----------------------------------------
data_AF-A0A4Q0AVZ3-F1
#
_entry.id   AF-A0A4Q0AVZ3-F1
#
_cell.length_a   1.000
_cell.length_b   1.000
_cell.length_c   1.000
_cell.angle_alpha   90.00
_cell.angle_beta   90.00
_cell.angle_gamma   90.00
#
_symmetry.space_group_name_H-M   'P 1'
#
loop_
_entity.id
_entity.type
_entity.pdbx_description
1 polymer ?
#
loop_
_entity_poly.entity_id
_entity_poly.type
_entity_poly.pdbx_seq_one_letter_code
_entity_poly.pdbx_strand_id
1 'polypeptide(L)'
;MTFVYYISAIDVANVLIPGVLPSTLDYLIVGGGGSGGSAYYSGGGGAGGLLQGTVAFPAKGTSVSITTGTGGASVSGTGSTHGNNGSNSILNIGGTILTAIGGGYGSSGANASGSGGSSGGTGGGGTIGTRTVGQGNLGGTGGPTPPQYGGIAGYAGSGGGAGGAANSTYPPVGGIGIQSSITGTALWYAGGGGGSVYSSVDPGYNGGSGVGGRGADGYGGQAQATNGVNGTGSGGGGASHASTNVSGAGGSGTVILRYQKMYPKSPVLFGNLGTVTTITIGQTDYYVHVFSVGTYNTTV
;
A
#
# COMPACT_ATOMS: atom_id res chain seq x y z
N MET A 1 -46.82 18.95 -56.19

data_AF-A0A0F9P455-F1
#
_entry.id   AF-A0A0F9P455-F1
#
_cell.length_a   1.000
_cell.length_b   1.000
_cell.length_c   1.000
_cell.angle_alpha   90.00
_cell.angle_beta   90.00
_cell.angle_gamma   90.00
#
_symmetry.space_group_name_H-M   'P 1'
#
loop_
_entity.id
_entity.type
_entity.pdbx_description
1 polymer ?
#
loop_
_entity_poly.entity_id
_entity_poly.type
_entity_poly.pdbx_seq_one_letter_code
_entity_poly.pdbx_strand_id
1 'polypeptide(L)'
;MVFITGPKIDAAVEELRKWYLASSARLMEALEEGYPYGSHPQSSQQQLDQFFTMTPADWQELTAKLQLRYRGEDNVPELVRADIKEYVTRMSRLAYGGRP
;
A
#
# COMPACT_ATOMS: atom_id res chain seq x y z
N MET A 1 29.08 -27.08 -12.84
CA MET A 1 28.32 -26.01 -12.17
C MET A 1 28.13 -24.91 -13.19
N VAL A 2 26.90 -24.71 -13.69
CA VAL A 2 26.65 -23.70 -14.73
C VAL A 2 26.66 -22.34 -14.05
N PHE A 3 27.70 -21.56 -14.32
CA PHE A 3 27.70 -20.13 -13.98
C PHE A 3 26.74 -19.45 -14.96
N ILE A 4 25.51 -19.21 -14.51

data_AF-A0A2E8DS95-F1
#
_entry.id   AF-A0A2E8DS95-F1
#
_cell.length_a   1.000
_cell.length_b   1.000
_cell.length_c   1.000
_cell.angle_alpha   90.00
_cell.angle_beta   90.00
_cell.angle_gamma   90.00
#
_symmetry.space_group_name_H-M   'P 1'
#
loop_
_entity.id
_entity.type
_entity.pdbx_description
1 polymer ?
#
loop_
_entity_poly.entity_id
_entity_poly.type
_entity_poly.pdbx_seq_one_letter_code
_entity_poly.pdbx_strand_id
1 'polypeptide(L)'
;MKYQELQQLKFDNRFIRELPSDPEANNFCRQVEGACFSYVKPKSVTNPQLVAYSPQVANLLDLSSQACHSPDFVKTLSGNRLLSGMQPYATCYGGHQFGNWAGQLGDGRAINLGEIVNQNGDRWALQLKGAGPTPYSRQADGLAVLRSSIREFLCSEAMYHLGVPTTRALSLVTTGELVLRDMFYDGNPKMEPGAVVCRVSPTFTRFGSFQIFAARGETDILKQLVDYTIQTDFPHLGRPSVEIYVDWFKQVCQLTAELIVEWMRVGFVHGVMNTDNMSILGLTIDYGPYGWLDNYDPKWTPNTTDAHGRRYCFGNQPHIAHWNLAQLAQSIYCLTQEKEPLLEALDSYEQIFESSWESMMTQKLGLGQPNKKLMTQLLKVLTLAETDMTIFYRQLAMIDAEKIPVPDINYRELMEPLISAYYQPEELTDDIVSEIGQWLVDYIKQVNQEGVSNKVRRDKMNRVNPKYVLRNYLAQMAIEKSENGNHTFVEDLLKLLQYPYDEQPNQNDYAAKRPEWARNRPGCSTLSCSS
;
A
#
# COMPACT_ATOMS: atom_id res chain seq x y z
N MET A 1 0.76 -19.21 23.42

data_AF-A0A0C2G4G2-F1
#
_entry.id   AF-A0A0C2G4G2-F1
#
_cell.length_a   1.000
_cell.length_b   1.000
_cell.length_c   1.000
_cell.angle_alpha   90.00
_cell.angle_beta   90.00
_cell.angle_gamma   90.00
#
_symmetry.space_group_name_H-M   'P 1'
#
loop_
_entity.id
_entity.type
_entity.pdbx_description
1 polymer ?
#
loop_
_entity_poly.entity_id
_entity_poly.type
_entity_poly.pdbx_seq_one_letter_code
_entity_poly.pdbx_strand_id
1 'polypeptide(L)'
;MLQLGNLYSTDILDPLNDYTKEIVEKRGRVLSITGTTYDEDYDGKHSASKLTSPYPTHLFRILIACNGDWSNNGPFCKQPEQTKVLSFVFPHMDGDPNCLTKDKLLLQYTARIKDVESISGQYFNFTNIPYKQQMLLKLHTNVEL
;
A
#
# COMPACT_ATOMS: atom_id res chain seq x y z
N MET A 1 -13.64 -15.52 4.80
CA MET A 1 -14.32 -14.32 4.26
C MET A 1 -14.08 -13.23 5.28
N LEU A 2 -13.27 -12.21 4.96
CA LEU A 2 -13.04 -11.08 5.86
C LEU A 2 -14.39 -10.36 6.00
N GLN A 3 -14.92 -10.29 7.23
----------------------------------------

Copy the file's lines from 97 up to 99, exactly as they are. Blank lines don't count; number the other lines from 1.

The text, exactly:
;MKYQELQQLKFDNRFIRELPSDPEANNFCRQVEGACFSYVKPKSVTNPQLVAYSPQVANLLDLSSQACHSPDFVKTLSGNRLLSGMQPYATCYGGHQFGNWAGQLGDGRAINLGEIVNQNGDRWALQLKGAGPTPYSRQADGLAVLRSSIREFLCSEAMYHLGVPTTRALSLVTTGELVLRDMFYDGNPKMEPGAVVCRVSPTFTRFGSFQIFAARGETDILKQLVDYTIQTDFPHLGRPSVEIYVDWFKQVCQLTAELIVEWMRVGFVHGVMNTDNMSILGLTIDYGPYGWLDNYDPKWTPNTTDAHGRRYCFGNQPHIAHWNLAQLAQSIYCLTQEKEPLLEALDSYEQIFESSWESMMTQKLGLGQPNKKLMTQLLKVLTLAETDMTIFYRQLAMIDAEKIPVPDINYRELMEPLISAYYQPEELTDDIVSEIGQWLVDYIKQVNQEGVSNKVRRDKMNRVNPKYVLRNYLAQMAIEKSENGNHTFVEDLLKLLQYPYDEQPNQNDYAAKRPEWARNRPGCSTLSCSS
;
A